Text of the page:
Friends to Foe: Deteriorating Relations between Australia and China in recent times

Image source: BBC

Australia and China had a growing relationship over the year. In fact, China is Australia’s largest trading partner and accounts for 39 percent of exports which are mainly from iron core and 27 percent of imports between 2019- 2020 according to Australian Bureau of Statistics. The bilateral relations took a slump in 1996 when Australia due to its interest with the United States increased its interaction with Taiwan prompting Beijing to respect its One China Policy. Apart from the rare occurrence and few other incidents, both countries have maintained a steady relationship over the years until 2020, when Australia demanded for an inquiry into China’s alleged role in Covid19. This angered Beijing and it retaliated by imposing heaving sanctions on imports such as Barley, Wine etc. Wine exports fell to almost 95 percent. In fact, Beijing will impose 200 percent of tariffs on Australian Wine causing the already strained industry to suffer more. (Schaffer, 2021)

While experts believe that the crack between the two countries aroused due to latter’s demand for inquiry of Covid19, it can be easily said that the seeds of distrust between the nations arose way back in 2017, the repercussions of which are being felt today more than ever. Way back in 2017, Australian Security Intelligence Organization warned Canberra of growing influence of Chinese businessman into Australian Politics. Later that year, Australian government under Prime Minister Malcom Turnbull proposed laws to curb foreign interference in politics. The Chinese embassy in Australia remarked that the statement will hurt the relations. (Khalil, BBC News, 2020)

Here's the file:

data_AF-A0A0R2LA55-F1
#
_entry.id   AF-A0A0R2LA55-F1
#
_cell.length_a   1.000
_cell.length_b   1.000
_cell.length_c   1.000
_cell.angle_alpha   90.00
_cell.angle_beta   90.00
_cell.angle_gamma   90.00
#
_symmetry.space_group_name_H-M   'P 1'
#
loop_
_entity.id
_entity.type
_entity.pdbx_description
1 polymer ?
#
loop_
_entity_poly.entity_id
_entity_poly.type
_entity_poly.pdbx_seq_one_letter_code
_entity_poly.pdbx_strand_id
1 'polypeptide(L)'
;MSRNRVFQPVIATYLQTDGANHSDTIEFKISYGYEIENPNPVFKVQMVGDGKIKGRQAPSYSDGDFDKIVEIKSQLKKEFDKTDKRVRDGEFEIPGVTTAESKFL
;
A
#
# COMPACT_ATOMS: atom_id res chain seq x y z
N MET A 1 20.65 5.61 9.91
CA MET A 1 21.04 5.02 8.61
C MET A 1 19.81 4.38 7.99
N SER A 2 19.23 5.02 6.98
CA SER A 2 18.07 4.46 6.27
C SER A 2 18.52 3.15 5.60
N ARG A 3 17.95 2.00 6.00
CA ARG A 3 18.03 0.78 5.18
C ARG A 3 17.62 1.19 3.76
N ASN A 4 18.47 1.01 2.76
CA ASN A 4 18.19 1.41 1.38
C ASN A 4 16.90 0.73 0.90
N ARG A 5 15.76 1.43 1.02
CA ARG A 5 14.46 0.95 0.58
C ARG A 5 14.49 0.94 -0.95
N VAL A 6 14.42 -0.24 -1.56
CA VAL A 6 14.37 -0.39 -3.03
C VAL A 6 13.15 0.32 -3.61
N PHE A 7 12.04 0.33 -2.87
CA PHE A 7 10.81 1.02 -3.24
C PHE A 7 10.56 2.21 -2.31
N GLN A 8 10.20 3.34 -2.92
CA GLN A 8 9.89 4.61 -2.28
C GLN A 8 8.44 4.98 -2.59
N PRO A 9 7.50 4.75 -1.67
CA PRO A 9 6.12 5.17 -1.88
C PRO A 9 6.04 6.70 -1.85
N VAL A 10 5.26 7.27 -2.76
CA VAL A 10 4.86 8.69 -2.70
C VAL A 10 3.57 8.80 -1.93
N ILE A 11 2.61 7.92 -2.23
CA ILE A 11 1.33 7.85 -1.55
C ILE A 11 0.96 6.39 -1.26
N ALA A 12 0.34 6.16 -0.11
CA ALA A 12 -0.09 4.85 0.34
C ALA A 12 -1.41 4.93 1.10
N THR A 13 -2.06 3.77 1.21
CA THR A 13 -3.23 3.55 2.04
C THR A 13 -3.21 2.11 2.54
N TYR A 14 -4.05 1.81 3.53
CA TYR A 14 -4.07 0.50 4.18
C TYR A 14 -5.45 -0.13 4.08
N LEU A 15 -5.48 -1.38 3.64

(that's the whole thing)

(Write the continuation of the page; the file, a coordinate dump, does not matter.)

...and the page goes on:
In 2018, Australian government passed the foreign interference laws under which the lobbyist of the foreign country has to register them as a public register. This angered Beijing resulting in freezing of diplomatic visits. The already strained relationship suffered a major setback when Australia became the first country to ban Huawei and ZTE from being involved in the rollout of its 5G networks. While Australia claimed that the ban is owing to security reasons, China responded by saying that the ban is discriminatory and on the pretext of United States, which blacklisted Huawei a week before. (Schaffer, 2021)

While it was believed that the relations will not get any severe and will improve, Australia in 2020 cancelled two MOUs signed by the state of Victoria under China’s Belt and Road Initiative. This was done in response to the legislation which allowed veto powers over foreign arrangements by States, local bodies and universities in a broad range of sectors such as infrastructure, trade cooperation, tourism, cultural collaboration, science. Though Australia said that these MOUs were inconsistent with Australia’s Foreign Policy and were comprising the foreign relations with another nation. The Chinese Embassy in Australia expressed displeasure and said that it is a discriminatory behavior by the Australia government on pretext of United States, its major ally (Wadhwa, 2021)